That was lucky. I would not bank on being equally lucky with each new issue discovered going forward.
To "steal a march" from anyone isn't an interesting goal to me, and likely not relevant to them or their subscribers.So an OXT build that runs on MacOS 14 now would steal a march on our friends in Scotland.
Most of their current subscribers make proprietary apps, something any GPL governed work cannot do.
The enterprise uses with internal apps can benefit from a FOSS edition, but in my conversations with some of them I see a clear pattern: LC was introduced into their workflow many years ago, and even where it's still adding (sometimes significant) value it's scheduled for replacement with something more "industry standard", something with more dev resources available than the handful of remaining LC consultants, and/or simply a better fit for evolving business needs. Many of these re-implementations are underway right now.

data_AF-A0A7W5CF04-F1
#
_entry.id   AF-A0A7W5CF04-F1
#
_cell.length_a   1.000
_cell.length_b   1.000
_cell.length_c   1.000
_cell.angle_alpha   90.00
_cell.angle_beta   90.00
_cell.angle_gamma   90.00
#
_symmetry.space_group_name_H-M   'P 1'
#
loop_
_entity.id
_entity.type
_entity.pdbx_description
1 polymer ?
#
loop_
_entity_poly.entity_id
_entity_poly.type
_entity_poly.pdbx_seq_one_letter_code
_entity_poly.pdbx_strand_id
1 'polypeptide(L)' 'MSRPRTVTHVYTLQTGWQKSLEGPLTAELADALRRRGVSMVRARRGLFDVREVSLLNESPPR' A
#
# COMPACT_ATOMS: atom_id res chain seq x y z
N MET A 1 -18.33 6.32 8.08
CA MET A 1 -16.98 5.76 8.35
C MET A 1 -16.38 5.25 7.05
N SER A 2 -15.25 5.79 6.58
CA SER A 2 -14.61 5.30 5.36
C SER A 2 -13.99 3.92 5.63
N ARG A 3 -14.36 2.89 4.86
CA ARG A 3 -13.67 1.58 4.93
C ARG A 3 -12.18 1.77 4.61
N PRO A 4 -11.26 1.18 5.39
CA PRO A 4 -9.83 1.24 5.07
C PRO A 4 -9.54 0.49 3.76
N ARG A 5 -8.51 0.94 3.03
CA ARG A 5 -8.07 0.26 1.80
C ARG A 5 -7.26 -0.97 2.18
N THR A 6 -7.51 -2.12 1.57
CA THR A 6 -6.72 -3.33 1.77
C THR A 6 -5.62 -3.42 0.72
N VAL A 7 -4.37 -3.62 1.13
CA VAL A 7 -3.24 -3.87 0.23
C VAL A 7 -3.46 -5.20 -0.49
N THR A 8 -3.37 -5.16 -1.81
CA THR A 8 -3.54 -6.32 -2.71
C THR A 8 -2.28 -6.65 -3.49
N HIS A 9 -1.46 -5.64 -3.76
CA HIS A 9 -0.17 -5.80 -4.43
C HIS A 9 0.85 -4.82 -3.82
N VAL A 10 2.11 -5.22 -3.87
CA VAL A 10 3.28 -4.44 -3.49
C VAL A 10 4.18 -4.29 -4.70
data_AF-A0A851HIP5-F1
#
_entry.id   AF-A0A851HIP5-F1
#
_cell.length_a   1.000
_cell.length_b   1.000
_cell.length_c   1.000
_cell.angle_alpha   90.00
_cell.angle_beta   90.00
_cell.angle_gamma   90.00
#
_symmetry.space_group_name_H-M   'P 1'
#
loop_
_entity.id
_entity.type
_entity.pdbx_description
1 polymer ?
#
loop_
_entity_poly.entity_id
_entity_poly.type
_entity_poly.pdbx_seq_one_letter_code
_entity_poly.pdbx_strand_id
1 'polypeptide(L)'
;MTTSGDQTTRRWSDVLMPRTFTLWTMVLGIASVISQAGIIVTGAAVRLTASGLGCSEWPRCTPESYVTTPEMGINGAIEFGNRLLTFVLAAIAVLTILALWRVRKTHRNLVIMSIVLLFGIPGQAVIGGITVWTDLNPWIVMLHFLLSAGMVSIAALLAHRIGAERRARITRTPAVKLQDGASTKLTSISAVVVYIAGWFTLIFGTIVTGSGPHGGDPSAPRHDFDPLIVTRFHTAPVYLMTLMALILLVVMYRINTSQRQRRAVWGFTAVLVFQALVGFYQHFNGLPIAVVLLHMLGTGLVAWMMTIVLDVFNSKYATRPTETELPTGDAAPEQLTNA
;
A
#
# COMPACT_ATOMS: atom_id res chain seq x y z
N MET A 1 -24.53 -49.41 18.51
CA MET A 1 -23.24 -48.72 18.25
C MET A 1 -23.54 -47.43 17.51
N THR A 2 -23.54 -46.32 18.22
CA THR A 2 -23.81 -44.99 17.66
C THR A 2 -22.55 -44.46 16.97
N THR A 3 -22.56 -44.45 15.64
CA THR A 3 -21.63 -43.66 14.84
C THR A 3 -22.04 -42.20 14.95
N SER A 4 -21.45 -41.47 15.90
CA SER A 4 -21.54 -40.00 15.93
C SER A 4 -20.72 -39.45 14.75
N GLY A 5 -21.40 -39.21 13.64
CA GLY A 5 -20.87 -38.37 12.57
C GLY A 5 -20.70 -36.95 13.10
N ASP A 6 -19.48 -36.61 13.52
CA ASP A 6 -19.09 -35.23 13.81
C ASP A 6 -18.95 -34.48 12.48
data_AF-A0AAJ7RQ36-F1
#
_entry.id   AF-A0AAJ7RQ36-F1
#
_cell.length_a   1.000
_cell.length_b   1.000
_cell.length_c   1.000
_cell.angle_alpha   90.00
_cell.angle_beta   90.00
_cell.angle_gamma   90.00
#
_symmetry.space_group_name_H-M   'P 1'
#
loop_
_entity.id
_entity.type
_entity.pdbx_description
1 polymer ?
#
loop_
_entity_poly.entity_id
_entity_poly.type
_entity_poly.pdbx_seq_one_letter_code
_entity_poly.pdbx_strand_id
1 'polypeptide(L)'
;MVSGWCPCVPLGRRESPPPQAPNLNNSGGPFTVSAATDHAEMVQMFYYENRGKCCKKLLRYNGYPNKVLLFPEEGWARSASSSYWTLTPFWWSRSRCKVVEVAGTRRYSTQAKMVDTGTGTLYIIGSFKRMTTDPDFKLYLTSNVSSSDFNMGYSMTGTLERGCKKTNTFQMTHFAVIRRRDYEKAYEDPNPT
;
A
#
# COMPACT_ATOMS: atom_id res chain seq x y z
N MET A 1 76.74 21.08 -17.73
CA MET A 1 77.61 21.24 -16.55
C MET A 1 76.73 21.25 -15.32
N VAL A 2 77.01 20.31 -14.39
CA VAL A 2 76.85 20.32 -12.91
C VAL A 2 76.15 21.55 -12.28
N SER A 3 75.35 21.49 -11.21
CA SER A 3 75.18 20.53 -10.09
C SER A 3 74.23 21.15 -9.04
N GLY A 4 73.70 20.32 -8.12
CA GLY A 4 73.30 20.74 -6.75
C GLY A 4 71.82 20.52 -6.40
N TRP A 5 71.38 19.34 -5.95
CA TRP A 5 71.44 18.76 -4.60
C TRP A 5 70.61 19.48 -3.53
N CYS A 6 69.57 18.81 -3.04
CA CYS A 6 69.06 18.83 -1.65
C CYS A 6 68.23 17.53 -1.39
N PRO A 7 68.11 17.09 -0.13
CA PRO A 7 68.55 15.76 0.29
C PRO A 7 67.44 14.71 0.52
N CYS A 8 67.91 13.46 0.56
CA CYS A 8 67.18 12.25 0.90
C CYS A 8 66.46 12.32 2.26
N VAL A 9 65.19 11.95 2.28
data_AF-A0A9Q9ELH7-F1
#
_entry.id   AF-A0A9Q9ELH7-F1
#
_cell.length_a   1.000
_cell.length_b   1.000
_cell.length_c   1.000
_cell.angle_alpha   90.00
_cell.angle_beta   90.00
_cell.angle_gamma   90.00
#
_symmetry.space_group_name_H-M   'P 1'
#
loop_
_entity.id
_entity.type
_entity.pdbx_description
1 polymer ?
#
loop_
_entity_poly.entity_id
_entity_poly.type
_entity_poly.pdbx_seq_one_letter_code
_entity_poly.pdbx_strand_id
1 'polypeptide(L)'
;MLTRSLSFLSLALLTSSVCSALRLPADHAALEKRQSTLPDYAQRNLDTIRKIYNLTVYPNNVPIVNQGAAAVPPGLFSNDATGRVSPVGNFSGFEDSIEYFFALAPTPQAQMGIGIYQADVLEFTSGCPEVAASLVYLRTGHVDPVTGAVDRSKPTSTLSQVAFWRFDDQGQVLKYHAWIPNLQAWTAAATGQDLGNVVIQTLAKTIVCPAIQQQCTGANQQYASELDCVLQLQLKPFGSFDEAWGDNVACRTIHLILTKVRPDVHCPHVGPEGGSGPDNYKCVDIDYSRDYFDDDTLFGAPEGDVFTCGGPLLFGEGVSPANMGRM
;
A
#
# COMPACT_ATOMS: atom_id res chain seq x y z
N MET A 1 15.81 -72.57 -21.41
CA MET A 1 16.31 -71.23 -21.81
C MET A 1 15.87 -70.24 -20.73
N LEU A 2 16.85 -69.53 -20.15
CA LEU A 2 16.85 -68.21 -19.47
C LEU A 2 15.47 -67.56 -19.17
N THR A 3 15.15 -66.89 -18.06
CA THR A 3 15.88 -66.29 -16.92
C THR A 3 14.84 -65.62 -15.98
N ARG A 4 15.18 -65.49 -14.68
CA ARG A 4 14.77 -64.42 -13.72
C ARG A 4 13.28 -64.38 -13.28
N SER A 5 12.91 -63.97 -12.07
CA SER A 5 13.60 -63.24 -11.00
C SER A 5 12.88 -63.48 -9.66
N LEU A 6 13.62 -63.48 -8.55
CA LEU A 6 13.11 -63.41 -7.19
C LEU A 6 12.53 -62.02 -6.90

A FOSS xTalk matters to an audience larger than the members of this list to the degree that such an audience can be reached, and that the project can demonstrate long-term viability with fresh engine builds to keep current with the ongoing changes from OS vendors.
This means both marketing and dev budgets.
And donations are hard to come by without grants and tax deductions, both available to a 501c3 nonprofit. But setting up and maintaining a corporate shell for this as a sort of OpenXTalk Foundation is a lot of work.
Running though a some back-of-a-napkin numbers several weeks ago, I'd estimate that establishing such a foundation would take a crowdfunding effort of at least $180k for the first year. Subsequent years would need to become self-sustaining through ongoing grant and fundraising efforts.
Long-term sustainability of a million-line code base is not a simple problem to solve.